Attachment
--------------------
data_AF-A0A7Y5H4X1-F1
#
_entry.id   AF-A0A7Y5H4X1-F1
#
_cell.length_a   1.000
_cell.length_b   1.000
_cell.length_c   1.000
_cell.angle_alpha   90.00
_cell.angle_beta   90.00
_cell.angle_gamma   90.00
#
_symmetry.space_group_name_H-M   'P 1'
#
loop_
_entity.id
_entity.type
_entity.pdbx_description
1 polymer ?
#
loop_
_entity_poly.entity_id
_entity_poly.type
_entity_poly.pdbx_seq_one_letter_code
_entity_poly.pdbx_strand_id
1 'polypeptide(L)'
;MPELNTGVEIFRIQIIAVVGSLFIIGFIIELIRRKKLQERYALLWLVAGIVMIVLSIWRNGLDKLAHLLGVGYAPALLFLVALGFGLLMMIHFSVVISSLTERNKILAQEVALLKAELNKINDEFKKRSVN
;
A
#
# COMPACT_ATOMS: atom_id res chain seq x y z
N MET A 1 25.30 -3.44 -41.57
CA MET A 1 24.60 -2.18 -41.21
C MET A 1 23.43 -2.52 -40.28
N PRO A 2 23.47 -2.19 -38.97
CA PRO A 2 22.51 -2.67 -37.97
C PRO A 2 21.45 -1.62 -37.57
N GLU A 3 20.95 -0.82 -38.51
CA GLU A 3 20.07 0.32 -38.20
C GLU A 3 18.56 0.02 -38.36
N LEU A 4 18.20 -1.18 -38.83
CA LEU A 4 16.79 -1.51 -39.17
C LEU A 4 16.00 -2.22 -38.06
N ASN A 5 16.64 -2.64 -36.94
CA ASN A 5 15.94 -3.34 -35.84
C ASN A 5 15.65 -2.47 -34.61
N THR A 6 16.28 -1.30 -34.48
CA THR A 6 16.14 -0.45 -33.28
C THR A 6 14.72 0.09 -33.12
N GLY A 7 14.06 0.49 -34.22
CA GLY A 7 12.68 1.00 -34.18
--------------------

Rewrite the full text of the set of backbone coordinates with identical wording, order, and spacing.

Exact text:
data_AF-A0A7Y5H4X1-F1
#
_entry.id   AF-A0A7Y5H4X1-F1
#
_cell.length_a   1.000
_cell.length_b   1.000
_cell.length_c   1.000
_cell.angle_alpha   90.00
_cell.angle_beta   90.00
_cell.angle_gamma   90.00
#
_symmetry.space_group_name_H-M   'P 1'
#
loop_
_entity.id
_entity.type
_entity.pdbx_description
1 polymer ?
#
loop_
_entity_poly.entity_id
_entity_poly.type
_entity_poly.pdbx_seq_one_letter_code
_entity_poly.pdbx_strand_id
1 'polypeptide(L)'
;MPELNTGVEIFRIQIIAVVGSLFIIGFIIELIRRKKLQERYALLWLVAGIVMIVLSIWRNGLDKLAHLLGVGYAPALLFLVALGFGLLMMIHFSVVISSLTERNKILAQEVALLKAELNKINDEFKKRSVN
;
A
#
# COMPACT_ATOMS: atom_id res chain seq x y z
N MET A 1 25.30 -3.44 -41.57
CA MET A 1 24.60 -2.18 -41.21
C MET A 1 23.43 -2.52 -40.28
N PRO A 2 23.47 -2.19 -38.97
CA PRO A 2 22.51 -2.67 -37.97
C PRO A 2 21.45 -1.62 -37.57
N GLU A 3 20.95 -0.82 -38.51
CA GLU A 3 20.07 0.32 -38.20
C GLU A 3 18.56 0.02 -38.36
N LEU A 4 18.20 -1.18 -38.83
CA LEU A 4 16.79 -1.51 -39.17
C LEU A 4 16.00 -2.22 -38.06
N ASN A 5 16.64 -2.64 -36.94
CA ASN A 5 15.94 -3.34 -35.84
C ASN A 5 15.65 -2.47 -34.61
N THR A 6 16.28 -1.30 -34.48
CA THR A 6 16.14 -0.45 -33.28
C THR A 6 14.72 0.09 -33.12
N GLY A 7 14.06 0.49 -34.22
CA GLY A 7 12.68 1.00 -34.18